In his book ‘Systems Thinking in the Public Sector’ John Seddon describes ‘failure demand’ as being one consequence of target mania. This, says Seddon, is demand that produces waste because it shouldn’t be there in the first place. It is work that must be done by the organisation as a result of poor service design in the first place. Just think of the time and effort involved in processing a complaint and you begin to get the picture – all of it valueless, cost-creating work.

So, what has got to do with the management of defence, or more generally for project and programme management? Well, the underlying ideas that stem from the work of Seddon (like W. Edwards Deming, the ‘quality and lean’ guru) are essentially collaborative rather than competitive. As Deming himself put it:

By working with a team, you help other people. You may help yourselves equally but you don’t get ahead by being equal; you get ahead by being ahead, produce something more, have more to show, more to count; whereas teamwork means work together. This is impossible under the merit-rating review of performance.

Project management is often not about the solution to a problem. It’s more about recognising that there is a problem in the first place, seeing that something can be done about it and implementing an appropriate response as a team. The sensing of problems often comes from the people who do the work and so as project (or programme) managers, we will only be able to do something useful if those same people feel that they can bring problems forward and have them discussed. More than that, unless people feel that they can get that idea and be recognised for it, then very quickly they will stop coming. In other words, how people behave and feel shape our success and failure. They determine whether or not things actually get done.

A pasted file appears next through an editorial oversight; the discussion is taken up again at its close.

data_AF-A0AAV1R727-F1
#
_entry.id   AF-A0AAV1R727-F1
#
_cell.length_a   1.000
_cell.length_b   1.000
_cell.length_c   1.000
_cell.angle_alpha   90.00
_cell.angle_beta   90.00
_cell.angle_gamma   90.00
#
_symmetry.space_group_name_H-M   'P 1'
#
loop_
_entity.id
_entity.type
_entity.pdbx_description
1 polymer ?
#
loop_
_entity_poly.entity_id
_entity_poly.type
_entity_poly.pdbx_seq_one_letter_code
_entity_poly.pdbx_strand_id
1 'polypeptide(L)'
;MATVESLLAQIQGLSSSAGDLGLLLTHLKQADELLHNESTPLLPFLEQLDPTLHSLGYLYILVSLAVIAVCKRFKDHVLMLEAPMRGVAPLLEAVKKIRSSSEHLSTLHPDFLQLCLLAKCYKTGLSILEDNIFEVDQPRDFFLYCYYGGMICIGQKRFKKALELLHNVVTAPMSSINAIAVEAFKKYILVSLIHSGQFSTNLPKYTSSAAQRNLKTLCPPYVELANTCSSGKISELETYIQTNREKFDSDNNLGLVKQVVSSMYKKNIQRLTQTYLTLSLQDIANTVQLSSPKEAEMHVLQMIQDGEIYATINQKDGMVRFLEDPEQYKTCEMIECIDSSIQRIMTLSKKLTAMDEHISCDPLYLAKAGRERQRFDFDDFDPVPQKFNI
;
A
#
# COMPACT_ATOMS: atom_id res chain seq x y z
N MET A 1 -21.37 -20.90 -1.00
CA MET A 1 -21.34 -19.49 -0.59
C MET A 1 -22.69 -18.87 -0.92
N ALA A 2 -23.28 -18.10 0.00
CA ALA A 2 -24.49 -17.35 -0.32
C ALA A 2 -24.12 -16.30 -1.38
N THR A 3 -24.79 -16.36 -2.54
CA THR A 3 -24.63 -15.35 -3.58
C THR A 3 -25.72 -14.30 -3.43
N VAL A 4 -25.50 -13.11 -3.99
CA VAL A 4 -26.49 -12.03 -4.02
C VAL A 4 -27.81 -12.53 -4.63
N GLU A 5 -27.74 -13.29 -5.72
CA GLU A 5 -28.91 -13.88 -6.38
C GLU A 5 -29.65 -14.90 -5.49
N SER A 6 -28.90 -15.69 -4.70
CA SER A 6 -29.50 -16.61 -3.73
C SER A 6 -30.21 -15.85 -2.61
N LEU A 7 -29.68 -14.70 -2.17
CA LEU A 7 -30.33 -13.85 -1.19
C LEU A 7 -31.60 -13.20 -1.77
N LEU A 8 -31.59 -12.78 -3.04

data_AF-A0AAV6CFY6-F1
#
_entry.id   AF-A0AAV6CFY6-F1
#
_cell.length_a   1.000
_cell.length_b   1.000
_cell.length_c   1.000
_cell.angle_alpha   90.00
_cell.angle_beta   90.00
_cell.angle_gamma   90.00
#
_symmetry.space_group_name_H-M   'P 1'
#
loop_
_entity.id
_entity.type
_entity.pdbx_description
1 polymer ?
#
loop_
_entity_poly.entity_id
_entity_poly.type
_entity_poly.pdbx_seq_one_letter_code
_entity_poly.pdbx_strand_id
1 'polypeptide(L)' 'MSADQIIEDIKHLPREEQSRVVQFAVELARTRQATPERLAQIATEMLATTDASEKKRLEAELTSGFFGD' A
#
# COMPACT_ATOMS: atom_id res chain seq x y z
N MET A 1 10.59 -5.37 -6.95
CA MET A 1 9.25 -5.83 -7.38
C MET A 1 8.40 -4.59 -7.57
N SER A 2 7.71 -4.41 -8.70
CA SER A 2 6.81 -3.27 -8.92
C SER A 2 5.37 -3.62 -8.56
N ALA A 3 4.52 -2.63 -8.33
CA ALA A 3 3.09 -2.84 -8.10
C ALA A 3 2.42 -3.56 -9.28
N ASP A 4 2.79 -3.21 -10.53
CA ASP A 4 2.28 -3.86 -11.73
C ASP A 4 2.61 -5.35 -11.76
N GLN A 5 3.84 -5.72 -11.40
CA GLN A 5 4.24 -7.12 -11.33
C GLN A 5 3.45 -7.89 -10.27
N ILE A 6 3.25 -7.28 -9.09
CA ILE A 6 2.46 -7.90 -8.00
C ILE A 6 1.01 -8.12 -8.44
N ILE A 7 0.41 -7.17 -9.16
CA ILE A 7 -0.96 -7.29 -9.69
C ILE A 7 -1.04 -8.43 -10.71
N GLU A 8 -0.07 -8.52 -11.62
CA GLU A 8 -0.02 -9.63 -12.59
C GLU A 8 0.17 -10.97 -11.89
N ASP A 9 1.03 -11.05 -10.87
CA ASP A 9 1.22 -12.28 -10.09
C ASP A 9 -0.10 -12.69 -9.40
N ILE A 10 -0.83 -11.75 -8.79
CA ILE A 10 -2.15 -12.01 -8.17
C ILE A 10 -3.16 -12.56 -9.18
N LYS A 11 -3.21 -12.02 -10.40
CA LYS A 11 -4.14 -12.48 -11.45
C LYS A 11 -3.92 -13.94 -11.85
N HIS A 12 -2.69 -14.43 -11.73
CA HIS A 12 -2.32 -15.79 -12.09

So, could actual behaviour in government and politics be having important effects that we don’t understand properly? After all, the people who brought behaviour back into economics were not economists, but psychologists.

Perhaps, therefore, there is a deeper reason why the efforts of government reform over the past 30 or 40 years sound so repetitive. Why is it that the same problems – high staff turnover, lack of financial management, lack of good project management, a lack of ‘joined up’ thinking at the centre of government keep coming up time and time again? Might the causes have something to do with behaviour? I believe they do. So how do we start to change behaviour? Well, as with any problem solving cycle, the first step is to better understand behaviour.

With a son about to embark on a psychology degree, that is a challenge I’m looking forward to taking on in the coming months and years.

© Dr Bill Egginton